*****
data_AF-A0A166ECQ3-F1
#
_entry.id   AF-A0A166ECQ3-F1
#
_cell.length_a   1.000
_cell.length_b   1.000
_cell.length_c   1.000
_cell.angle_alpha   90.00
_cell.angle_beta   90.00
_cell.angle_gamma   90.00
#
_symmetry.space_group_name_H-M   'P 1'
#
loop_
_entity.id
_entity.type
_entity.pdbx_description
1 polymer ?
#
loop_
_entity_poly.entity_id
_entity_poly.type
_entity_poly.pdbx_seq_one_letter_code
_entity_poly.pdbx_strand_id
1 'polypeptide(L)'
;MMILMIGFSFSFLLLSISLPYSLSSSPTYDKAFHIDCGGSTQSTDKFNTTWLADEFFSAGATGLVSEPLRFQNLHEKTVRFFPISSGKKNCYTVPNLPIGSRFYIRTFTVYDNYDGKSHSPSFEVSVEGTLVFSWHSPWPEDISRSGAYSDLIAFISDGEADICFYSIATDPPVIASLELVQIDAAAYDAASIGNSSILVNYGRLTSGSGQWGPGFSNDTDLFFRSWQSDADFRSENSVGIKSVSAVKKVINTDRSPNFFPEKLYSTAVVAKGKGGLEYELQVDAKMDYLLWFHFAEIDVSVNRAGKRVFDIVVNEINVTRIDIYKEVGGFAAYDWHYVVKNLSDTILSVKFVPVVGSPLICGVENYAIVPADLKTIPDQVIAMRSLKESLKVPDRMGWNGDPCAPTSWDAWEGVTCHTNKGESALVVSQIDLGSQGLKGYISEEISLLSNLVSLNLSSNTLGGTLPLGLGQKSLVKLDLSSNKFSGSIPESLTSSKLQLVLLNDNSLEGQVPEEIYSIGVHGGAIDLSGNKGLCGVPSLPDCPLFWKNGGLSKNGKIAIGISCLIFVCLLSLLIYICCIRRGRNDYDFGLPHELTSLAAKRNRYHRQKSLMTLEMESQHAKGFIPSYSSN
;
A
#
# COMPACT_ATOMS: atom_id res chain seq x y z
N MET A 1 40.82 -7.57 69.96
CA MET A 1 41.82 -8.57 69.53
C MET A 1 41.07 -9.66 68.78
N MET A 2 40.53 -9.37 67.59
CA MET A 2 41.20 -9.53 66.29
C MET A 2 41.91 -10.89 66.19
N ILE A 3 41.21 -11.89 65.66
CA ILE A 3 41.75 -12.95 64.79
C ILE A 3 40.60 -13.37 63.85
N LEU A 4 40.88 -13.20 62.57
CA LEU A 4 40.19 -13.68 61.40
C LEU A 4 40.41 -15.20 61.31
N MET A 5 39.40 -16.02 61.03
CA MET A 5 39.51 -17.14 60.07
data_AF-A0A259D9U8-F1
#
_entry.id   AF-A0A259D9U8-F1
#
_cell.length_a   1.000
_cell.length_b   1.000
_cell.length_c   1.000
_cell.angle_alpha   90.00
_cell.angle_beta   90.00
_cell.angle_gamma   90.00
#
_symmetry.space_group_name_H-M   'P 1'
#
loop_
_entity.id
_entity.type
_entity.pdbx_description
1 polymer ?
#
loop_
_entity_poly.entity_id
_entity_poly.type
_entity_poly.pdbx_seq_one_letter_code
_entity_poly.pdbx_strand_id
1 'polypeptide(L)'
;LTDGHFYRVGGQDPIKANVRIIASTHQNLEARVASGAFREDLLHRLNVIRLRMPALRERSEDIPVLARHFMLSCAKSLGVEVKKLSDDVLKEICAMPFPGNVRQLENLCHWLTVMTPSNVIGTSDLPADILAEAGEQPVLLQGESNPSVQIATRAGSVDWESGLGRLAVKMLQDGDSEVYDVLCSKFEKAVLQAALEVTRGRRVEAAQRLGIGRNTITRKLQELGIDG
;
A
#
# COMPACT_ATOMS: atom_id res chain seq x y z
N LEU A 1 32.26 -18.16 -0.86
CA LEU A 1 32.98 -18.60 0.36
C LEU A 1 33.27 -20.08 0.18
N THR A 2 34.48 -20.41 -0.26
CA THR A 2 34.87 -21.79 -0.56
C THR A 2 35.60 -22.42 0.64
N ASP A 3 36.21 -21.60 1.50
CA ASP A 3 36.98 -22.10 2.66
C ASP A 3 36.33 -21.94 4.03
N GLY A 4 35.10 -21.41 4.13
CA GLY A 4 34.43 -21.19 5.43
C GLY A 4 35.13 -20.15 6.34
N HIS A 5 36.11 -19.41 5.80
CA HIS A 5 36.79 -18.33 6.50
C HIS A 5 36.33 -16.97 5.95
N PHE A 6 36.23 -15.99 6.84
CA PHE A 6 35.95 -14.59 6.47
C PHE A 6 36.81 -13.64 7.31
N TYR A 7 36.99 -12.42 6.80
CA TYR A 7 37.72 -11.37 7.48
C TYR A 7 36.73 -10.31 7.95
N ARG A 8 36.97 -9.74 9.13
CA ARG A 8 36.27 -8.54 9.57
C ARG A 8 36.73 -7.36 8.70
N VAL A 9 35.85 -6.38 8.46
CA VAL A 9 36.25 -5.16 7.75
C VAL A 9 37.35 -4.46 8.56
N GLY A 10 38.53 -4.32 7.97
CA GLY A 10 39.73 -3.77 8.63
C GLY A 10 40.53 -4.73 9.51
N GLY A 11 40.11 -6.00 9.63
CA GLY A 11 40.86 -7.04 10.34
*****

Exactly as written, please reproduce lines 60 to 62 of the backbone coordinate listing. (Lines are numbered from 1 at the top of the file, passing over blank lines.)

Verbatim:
_entity.type
_entity.pdbx_description
1 polymer ?